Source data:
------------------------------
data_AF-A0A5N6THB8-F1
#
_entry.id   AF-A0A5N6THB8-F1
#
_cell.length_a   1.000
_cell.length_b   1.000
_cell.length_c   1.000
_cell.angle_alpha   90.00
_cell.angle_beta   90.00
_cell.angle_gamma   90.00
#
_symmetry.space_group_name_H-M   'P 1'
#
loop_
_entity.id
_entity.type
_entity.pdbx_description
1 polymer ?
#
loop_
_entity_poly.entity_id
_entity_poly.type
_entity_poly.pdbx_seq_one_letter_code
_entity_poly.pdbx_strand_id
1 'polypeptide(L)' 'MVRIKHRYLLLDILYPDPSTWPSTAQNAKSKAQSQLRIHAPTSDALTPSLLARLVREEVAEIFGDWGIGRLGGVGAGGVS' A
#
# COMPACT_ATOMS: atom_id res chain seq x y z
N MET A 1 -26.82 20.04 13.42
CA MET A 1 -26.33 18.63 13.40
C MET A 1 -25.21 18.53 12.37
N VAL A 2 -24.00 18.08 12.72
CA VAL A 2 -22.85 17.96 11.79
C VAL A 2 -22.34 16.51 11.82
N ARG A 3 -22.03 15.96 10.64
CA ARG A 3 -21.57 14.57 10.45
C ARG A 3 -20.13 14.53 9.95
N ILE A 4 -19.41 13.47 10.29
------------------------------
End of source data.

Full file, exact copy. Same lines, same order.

data_AF-A0A5N6THB8-F1
#
_entry.id   AF-A0A5N6THB8-F1
#
_cell.length_a   1.000
_cell.length_b   1.000
_cell.length_c   1.000
_cell.angle_alpha   90.00
_cell.angle_beta   90.00
_cell.angle_gamma   90.00
#
_symmetry.space_group_name_H-M   'P 1'
#
loop_
_entity.id
_entity.type
_entity.pdbx_description
1 polymer ?
#
loop_
_entity_poly.entity_id
_entity_poly.type
_entity_poly.pdbx_seq_one_letter_code
_entity_poly.pdbx_strand_id
1 'polypeptide(L)' 'MVRIKHRYLLLDILYPDPSTWPSTAQNAKSKAQSQLRIHAPTSDALTPSLLARLVREEVAEIFGDWGIGRLGGVGAGGVS' A
#
# COMPACT_ATOMS: atom_id res chain seq x y z
N MET A 1 -26.82 20.04 13.42
CA MET A 1 -26.33 18.63 13.40
C MET A 1 -25.21 18.53 12.37
N VAL A 2 -24.00 18.08 12.72
CA VAL A 2 -22.85 17.96 11.79
C VAL A 2 -22.34 16.51 11.82
N ARG A 3 -22.03 15.96 10.64
CA ARG A 3 -21.57 14.57 10.45
C ARG A 3 -20.13 14.53 9.95
N ILE A 4 -19.41 13.47 10.29